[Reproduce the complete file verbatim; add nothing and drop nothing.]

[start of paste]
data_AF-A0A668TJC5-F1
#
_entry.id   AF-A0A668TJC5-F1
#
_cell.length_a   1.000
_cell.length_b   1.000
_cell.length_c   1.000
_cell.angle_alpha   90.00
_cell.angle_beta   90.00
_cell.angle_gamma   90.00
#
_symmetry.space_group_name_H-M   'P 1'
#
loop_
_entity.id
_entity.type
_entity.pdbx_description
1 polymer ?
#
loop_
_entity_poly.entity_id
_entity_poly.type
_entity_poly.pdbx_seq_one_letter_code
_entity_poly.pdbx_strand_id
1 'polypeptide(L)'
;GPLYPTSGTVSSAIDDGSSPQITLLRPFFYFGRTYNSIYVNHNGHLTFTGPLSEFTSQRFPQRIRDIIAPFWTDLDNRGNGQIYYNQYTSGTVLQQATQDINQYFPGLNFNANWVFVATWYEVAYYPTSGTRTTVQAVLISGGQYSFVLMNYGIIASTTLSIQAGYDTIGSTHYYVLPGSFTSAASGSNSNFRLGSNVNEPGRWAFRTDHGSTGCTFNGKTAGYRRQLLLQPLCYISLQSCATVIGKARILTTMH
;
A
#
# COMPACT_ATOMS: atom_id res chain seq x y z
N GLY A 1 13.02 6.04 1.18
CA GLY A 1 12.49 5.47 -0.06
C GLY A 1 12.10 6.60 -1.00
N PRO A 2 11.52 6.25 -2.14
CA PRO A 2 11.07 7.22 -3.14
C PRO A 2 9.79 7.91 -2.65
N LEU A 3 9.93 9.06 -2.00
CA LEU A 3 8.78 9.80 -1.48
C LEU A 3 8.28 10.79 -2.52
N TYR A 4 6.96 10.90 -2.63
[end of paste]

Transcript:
data_AF-A0A668TJC5-F1
#
_entry.id   AF-A0A668TJC5-F1
#
_cell.length_a   1.000
_cell.length_b   1.000
_cell.length_c   1.000
_cell.angle_alpha   90.00
_cell.angle_beta   90.00
_cell.angle_gamma   90.00
#
_symmetry.space_group_name_H-M   'P 1'
#
loop_
_entity.id
_entity.type
_entity.pdbx_description
1 polymer ?
#
loop_
_entity_poly.entity_id
_entity_poly.type
_entity_poly.pdbx_seq_one_letter_code
_entity_poly.pdbx_strand_id
1 'polypeptide(L)'
;GPLYPTSGTVSSAIDDGSSPQITLLRPFFYFGRTYNSIYVNHNGHLTFTGPLSEFTSQRFPQRIRDIIAPFWTDLDNRGNGQIYYNQYTSGTVLQQATQDINQYFPGLNFNANWVFVATWYEVAYYPTSGTRTTVQAVLISGGQYSFVLMNYGIIASTTLSIQAGYDTIGSTHYYVLPGSFTSAASGSNSNFRLGSNVNEPGRWAFRTDHGSTGCTFNGKTAGYRRQLLLQPLCYISLQSCATVIGKARILTTMH
;
A
#
# COMPACT_ATOMS: atom_id res chain seq x y z
N GLY A 1 13.02 6.04 1.18
CA GLY A 1 12.49 5.47 -0.06
C GLY A 1 12.10 6.60 -1.00
N PRO A 2 11.52 6.25 -2.14
CA PRO A 2 11.07 7.22 -3.14
C PRO A 2 9.79 7.91 -2.65
N LEU A 3 9.93 9.06 -2.00
CA LEU A 3 8.78 9.80 -1.48
C LEU A 3 8.28 10.79 -2.52
N TYR A 4 6.96 10.90 -2.63